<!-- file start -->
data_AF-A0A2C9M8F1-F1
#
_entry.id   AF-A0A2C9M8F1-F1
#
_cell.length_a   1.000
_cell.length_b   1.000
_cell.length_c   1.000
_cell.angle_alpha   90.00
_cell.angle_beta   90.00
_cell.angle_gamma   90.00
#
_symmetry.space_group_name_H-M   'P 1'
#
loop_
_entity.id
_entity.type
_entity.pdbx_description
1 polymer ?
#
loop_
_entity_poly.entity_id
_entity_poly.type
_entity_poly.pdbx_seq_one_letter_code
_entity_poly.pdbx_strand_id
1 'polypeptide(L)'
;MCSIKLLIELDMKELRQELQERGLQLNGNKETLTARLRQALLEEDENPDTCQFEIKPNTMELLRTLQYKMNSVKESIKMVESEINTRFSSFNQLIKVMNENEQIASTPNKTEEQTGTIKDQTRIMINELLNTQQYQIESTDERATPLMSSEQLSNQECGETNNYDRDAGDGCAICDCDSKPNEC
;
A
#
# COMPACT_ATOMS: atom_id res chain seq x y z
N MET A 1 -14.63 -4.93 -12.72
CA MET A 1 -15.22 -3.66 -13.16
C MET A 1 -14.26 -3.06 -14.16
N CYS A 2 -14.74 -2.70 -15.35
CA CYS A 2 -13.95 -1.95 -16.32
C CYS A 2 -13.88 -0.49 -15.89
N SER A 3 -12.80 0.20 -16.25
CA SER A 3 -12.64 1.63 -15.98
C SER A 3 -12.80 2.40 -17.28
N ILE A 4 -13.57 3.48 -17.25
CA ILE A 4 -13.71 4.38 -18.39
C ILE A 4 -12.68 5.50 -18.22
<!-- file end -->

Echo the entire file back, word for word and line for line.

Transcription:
data_AF-A0A2C9M8F1-F1
#
_entry.id   AF-A0A2C9M8F1-F1
#
_cell.length_a   1.000
_cell.length_b   1.000
_cell.length_c   1.000
_cell.angle_alpha   90.00
_cell.angle_beta   90.00
_cell.angle_gamma   90.00
#
_symmetry.space_group_name_H-M   'P 1'
#
loop_
_entity.id
_entity.type
_entity.pdbx_description
1 polymer ?
#
loop_
_entity_poly.entity_id
_entity_poly.type
_entity_poly.pdbx_seq_one_letter_code
_entity_poly.pdbx_strand_id
1 'polypeptide(L)'
;MCSIKLLIELDMKELRQELQERGLQLNGNKETLTARLRQALLEEDENPDTCQFEIKPNTMELLRTLQYKMNSVKESIKMVESEINTRFSSFNQLIKVMNENEQIASTPNKTEEQTGTIKDQTRIMINELLNTQQYQIESTDERATPLMSSEQLSNQECGETNNYDRDAGDGCAICDCDSKPNEC
;
A
#
# COMPACT_ATOMS: atom_id res chain seq x y z
N MET A 1 -14.63 -4.93 -12.72
CA MET A 1 -15.22 -3.66 -13.16
C MET A 1 -14.26 -3.06 -14.16
N CYS A 2 -14.74 -2.70 -15.35
CA CYS A 2 -13.95 -1.95 -16.32
C CYS A 2 -13.88 -0.49 -15.89
N SER A 3 -12.80 0.20 -16.25
CA SER A 3 -12.64 1.63 -15.98
C SER A 3 -12.80 2.40 -17.28
N ILE A 4 -13.57 3.48 -17.25
CA ILE A 4 -13.71 4.38 -18.39
C ILE A 4 -12.68 5.50 -18.22